All About Folic Acid and the Benefits it Offers

If you are looking for a way to improve your health and well-being, then folic acid is a good way to start.

All About Folic Acid and the Benefits it Offers

You have likely heard of folic acid, but you may not know what it is or what benefits it offers. Folate is a type of water-soluble vitamin, which is also called vitamin B9. It does not occur naturally in food, but it is often added to supplements and to refined grain products, like cereals and bread. Because folic acid is so different than natural folate, it is necessary for your body to convert it into an active form before it can be used by your body. Your genetics are going to impact how quickly this conversion will occur, which makes folic acid a rather trending topic in modern nutrition research.

Folic Acid Explained

Folic acid is a stable and artificial type of vitamin B9. It is not found naturally in any food and requires a four-step process that involves many enzymes, with one of them being MTHFR. There are some individuals who have genetic mutations that result in their MTHFR enzymes being less effective when it comes to converting the folic acid to the needed 5-MTHF. This may result in a buildup of folic acid in your blood. Over time, this can have negative health outcomes in some people. This includes things like the increased growth of pre-existing cancers, reduced brain function, and poor immunity.

How Much Folic Acid Is Needed Daily?

Folic acid is actually the synthetic form of vitamin B9. You can easily consume folate, which is the natural form of B9, through the foods you eat. You may also get it through chlorella B12, which often contains this, as well.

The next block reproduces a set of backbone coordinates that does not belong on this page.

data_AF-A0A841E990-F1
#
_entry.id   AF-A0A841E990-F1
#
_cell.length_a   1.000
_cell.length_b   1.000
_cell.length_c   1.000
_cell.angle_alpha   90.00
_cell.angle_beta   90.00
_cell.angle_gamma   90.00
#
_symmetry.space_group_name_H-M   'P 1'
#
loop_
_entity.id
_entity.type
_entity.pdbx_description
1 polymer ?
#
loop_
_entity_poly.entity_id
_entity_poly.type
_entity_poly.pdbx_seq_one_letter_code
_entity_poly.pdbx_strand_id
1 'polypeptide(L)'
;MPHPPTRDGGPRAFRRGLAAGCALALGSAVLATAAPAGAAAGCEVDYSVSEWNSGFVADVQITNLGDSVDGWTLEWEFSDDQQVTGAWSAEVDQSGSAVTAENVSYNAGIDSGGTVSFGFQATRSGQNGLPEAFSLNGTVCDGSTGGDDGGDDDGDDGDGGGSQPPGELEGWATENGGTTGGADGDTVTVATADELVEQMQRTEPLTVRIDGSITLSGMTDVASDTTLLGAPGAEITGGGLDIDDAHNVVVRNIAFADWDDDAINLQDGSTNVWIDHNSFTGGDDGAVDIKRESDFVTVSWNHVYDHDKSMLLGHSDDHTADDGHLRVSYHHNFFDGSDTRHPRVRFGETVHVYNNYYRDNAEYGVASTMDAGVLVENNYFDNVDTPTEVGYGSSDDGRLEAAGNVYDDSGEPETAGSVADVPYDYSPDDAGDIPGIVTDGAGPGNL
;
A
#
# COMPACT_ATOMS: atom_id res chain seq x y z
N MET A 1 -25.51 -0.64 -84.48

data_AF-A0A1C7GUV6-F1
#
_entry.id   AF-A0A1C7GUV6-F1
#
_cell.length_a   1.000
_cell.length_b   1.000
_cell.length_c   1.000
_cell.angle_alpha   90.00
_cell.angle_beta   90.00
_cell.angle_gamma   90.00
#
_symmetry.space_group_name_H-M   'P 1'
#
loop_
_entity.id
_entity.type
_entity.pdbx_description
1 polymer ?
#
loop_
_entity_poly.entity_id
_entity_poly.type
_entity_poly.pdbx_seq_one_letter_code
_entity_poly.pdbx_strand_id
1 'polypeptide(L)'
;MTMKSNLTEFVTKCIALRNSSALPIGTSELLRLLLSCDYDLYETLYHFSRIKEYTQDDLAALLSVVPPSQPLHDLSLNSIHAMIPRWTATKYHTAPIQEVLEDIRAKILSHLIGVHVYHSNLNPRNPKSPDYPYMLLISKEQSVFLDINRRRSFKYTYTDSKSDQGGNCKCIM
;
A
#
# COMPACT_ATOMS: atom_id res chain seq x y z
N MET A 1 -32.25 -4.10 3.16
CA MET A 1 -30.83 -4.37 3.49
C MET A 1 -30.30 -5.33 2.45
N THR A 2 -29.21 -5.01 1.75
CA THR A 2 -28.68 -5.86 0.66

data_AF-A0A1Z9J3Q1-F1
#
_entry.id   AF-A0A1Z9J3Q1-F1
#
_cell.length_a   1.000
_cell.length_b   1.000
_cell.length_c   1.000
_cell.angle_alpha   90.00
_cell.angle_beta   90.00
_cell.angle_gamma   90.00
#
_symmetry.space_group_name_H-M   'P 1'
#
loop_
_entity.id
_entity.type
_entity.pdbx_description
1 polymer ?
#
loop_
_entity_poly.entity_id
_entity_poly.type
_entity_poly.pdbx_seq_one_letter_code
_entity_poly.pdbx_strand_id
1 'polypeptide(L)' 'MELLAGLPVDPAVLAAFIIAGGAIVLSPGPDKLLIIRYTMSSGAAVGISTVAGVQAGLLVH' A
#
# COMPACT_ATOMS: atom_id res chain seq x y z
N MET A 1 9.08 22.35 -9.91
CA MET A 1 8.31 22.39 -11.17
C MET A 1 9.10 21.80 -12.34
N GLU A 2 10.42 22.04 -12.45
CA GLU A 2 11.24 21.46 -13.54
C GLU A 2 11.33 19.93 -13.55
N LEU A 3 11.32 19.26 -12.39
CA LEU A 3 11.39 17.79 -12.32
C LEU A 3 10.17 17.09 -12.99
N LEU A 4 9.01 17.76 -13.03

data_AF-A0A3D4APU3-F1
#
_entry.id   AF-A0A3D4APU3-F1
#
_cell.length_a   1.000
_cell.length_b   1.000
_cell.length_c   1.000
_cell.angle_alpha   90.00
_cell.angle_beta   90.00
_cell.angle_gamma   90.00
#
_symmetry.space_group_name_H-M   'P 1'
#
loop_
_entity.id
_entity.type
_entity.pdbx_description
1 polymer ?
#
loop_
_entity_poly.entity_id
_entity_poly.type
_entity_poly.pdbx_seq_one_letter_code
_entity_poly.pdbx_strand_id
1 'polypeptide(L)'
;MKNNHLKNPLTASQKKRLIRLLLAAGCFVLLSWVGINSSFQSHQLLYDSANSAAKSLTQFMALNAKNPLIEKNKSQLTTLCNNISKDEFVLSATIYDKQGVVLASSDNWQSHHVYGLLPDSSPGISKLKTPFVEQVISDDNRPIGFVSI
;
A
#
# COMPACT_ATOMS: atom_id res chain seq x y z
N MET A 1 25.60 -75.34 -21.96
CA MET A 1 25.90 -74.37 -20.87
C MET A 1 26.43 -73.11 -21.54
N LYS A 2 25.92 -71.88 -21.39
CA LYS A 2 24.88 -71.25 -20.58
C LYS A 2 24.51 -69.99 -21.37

However, there is research that has suggested that many people are not getting enough folate-rich foods naturally. Because of this, there are some countries, including Canada and the US that are now adding folic acid to all types of refined grain products, including cereals, bread, and white flour. In the United States, this has helped to increase the consumption of folate by up to 28 percent and it has reduced the rate of folate deficiency.

Why Vitamin B9 Is So Important

Receiving adequate levels of vitamin B9 will provide an array of health benefits. Some of the main health benefits this provides are found here.

The Prevention of Neural Tube Defects

If a woman’s levels of folate are too low during the earliest weeks of her pregnancy, it can lead to neural tube defects in the infant. This includes malformations in the spinal cord, spine, and brain. Babies to women who supplement with folate during and before their pregnancy will help to reduce these rates significantly.

Cancer Prevention

Higher intakes of folate can help to protect against some cancers. This includes those of the pancreas, lungs, gut, and breasts. This is more likely because of the role folate has in gene expression – which means it controls when genes are turned off or on. There are some studies that have shown lower rates of folate can result in this process going awry and increasing your likelihood of cancer and abnormal cell growth.

Reduced Homocysteine Levels

With adequate folate levels, it will help to reduce the levels of homocysteine, which is an inflammatory molecule that is linked to the development of heart disease. Folate can help to reduce homocysteine levels since it is required for converting homocysteine into a different molecule that is called methionine.

If you do not get enough folate, the conversion will slow down, and the levels of homocysteine will go up. Studies have shown that with a daily folic acid supplement, your homocysteine level can be reduced by up to 25 percent.

If you are looking for a way to improve your health and well-being, then folic acid is a good way to start. This supplement offers an array of health benefits that are something people of all ages can use. Being informed and knowing what to expect is the best way to know if a folic acid supplement is a good idea for you.

diet
Read next: Best Running Shoes for Women
Olivia Picton
See all posts by Olivia Picton